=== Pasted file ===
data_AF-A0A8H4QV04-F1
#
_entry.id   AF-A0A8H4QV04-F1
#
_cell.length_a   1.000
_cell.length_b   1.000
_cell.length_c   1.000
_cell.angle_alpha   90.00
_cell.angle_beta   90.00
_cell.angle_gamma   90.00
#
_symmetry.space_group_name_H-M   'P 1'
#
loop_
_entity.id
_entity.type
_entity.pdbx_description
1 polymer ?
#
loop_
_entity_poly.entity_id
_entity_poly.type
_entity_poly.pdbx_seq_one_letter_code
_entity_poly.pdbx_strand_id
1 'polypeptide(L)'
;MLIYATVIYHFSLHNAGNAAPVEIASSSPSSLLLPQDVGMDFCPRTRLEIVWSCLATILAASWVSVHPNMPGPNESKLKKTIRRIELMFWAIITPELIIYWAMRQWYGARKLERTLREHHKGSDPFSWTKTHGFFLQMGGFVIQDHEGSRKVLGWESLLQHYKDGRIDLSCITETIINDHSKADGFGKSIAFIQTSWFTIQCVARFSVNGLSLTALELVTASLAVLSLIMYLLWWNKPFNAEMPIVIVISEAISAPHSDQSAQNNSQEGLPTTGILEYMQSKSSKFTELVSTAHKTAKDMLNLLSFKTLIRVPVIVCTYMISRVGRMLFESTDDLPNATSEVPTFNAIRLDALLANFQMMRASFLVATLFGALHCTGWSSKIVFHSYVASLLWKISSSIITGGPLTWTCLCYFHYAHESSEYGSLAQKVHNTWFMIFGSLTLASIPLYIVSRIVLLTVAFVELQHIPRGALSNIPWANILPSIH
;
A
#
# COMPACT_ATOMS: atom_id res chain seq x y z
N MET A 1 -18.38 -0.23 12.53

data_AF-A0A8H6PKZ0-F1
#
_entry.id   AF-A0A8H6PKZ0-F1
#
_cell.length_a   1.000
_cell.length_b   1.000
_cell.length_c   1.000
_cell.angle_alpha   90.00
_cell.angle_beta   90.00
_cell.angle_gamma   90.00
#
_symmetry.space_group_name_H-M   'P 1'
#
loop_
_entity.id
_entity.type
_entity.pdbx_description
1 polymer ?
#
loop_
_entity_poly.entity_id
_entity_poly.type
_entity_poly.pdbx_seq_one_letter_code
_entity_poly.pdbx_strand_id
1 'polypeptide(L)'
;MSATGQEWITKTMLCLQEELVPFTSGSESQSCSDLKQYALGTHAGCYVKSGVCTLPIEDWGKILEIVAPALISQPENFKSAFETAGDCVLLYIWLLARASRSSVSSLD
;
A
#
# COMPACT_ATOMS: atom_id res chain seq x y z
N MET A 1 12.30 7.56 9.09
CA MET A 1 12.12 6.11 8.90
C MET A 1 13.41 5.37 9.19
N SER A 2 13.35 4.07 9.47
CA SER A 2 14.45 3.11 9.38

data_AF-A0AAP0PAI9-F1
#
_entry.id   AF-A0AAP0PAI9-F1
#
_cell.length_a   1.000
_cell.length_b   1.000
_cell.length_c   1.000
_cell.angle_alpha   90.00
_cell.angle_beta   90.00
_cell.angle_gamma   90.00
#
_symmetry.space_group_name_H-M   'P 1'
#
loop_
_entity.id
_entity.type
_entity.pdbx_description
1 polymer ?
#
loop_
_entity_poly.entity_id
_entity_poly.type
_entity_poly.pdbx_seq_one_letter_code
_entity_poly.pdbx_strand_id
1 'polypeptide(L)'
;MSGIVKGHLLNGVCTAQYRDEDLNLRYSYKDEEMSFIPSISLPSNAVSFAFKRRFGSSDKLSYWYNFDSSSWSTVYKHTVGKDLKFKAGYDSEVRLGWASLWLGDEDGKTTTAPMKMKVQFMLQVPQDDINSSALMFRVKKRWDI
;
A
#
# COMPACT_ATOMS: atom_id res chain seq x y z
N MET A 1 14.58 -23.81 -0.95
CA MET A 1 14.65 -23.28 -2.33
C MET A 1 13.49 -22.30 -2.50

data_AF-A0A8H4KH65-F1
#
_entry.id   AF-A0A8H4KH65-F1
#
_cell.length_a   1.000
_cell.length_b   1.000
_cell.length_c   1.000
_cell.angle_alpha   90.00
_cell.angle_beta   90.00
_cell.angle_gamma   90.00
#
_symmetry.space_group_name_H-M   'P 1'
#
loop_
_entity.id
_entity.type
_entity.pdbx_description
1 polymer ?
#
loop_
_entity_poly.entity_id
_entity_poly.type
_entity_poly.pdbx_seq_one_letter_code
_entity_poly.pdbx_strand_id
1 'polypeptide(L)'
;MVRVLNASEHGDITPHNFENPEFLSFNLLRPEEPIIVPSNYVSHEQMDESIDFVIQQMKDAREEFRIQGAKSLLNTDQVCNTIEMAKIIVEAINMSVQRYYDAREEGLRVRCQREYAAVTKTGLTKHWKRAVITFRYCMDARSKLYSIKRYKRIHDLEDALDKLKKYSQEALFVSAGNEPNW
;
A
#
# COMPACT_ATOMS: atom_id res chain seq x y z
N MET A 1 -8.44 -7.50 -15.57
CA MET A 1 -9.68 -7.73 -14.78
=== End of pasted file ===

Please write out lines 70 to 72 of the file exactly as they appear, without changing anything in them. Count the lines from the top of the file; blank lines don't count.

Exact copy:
#
_cell.length_a   1.000
_cell.length_b   1.000